1. Many thanks! I don't usually agree with multitasking but parenting is something that can be done at all times x

      Delete
  3. I remember the communal changing rooms, my auntie was a shopaholic and would often take me as a child. I think what you say about looking after yourself is spot on. Children need to learn that it is important to look after yourself, and what better way than seeing a parent doing it.
    It's a great point about not being ashamed of your body, I can remember seeing women of all shapes and sizes in those changing room and no one really cared, if only people were still like that!x

    ReplyDelete
    Replies
    1. Yay! Cool auntie :) I often think that mothers forget that children learn by observation. I want my son to see me relaxing with a book, taking pride in my appearance, enjoying myself so that he knows I'm much more than mum x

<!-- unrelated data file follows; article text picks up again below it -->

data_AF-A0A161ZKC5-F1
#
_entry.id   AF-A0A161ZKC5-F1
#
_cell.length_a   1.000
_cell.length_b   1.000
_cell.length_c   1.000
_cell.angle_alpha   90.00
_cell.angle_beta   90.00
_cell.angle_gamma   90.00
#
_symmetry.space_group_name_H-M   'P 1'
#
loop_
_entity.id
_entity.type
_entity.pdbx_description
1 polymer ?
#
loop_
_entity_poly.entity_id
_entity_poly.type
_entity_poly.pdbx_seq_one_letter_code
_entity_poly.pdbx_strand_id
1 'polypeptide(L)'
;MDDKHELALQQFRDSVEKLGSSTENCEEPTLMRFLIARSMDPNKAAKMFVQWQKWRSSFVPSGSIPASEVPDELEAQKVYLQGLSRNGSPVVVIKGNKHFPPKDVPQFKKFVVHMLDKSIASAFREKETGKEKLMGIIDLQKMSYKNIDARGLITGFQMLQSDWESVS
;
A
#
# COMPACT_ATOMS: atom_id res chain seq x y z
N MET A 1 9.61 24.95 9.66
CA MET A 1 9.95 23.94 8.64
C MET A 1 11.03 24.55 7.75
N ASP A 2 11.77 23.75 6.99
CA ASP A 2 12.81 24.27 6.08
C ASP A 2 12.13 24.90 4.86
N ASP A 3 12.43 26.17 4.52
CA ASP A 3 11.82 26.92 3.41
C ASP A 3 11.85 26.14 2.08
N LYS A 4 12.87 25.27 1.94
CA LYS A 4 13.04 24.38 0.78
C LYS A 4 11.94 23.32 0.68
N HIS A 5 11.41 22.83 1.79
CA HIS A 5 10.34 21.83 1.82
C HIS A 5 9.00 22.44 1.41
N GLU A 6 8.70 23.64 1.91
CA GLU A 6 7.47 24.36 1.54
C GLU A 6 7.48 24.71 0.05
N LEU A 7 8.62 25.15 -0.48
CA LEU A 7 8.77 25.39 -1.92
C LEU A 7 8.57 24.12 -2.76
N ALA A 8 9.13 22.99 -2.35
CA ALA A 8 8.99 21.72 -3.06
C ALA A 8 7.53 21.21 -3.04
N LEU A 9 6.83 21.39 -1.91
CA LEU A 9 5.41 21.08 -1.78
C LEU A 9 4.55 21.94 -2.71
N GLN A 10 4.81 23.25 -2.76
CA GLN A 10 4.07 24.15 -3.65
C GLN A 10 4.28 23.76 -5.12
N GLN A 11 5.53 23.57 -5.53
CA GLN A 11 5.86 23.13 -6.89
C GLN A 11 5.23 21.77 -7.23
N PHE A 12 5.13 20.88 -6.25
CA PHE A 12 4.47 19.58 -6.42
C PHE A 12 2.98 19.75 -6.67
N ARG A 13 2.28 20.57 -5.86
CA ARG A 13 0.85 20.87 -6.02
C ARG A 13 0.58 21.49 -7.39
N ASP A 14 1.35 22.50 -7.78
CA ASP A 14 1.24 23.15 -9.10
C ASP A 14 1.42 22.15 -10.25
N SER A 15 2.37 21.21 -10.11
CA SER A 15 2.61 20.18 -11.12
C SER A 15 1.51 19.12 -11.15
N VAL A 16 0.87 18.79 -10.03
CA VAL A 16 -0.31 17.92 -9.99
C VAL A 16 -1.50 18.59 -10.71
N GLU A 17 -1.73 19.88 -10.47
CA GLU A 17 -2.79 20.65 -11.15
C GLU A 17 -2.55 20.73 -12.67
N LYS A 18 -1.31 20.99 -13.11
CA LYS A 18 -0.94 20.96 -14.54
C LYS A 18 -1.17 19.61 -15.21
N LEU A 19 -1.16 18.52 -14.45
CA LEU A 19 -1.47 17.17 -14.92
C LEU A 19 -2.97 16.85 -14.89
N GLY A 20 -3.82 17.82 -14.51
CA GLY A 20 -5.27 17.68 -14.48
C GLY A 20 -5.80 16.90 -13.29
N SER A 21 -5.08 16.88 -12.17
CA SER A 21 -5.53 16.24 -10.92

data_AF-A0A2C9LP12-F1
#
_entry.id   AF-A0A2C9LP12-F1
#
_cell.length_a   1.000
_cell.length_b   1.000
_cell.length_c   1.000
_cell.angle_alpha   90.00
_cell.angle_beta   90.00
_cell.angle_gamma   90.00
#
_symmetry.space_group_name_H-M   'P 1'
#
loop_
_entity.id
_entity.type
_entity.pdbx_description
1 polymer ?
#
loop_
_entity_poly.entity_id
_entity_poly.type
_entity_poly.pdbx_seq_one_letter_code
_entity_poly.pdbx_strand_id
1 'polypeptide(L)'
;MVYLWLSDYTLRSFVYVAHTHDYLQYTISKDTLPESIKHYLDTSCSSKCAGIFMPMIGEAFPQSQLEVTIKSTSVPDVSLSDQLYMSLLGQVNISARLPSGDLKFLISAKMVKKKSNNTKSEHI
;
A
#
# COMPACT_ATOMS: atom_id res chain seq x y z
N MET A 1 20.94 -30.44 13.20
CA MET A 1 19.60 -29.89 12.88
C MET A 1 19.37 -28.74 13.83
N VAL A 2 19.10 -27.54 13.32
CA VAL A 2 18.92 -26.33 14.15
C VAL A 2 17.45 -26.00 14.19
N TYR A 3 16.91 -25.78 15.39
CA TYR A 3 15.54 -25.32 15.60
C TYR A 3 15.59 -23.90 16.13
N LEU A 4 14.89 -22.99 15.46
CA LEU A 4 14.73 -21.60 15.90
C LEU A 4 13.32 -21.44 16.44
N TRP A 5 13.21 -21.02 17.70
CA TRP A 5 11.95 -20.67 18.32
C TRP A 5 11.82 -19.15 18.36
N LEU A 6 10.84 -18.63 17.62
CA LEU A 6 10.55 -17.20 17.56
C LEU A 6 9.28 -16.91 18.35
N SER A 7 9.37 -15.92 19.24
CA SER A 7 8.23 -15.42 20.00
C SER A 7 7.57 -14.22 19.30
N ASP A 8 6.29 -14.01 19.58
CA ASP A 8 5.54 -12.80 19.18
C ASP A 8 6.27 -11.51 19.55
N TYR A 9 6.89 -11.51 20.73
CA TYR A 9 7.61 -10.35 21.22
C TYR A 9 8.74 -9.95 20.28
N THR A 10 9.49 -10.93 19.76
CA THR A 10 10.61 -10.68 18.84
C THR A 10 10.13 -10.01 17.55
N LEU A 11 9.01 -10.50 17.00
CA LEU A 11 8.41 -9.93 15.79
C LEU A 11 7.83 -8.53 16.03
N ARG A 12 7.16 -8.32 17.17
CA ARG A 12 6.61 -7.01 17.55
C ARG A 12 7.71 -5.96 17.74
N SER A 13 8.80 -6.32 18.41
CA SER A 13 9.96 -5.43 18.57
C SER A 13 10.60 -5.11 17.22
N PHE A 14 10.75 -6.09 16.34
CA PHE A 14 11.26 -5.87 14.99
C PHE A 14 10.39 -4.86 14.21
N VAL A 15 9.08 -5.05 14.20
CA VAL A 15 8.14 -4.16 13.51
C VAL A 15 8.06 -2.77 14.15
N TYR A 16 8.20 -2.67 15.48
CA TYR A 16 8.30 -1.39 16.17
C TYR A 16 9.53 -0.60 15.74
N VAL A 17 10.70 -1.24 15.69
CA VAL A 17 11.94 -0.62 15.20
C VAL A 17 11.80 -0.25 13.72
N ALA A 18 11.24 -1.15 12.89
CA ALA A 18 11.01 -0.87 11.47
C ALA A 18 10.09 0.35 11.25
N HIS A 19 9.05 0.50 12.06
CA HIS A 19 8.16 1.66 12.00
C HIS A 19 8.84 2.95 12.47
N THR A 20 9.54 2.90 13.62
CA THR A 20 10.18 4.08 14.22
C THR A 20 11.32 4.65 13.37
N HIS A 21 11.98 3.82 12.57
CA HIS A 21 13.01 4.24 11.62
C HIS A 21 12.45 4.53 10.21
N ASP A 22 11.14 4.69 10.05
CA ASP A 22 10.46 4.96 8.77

Delete
  4. My Mum (over fifty years ago) never seemed to mind communal changing rooms. She always used to say "it would be a sad world if we all looked the same". She is 82 now and still thinks the same way!

    ReplyDelete
    Replies
    1. I love that attitude, how sad would it be if were all identical cardboard cut outs!

      Delete
  5. Inspirational post- I need to care less! Thanks for linking up to #babybrainmonday. I've entered the comp too :) x

    ReplyDelete
    Replies
    1. Thanks for stopping by! I think caring's good as long as you're living up to your own standards and not anyone else's! X

      Delete
  6. I so remember the Topshop Oxford Street communal changing rooms in the 80s. What a different time we live in. Everyone determined to present perfection to the world (IRL and online). It's all quite destructive. I care about my appearance and enjoy dressing up, but in my body lovely lady bumps and all. Great post as always Yx

    ReplyDelete
    Replies
    1. Thank you! I'm sure every generation says it but the images presented appear to be more and more unobtainable. How strange that we've never had more access into peoples lives and yet we see less truth x

      Delete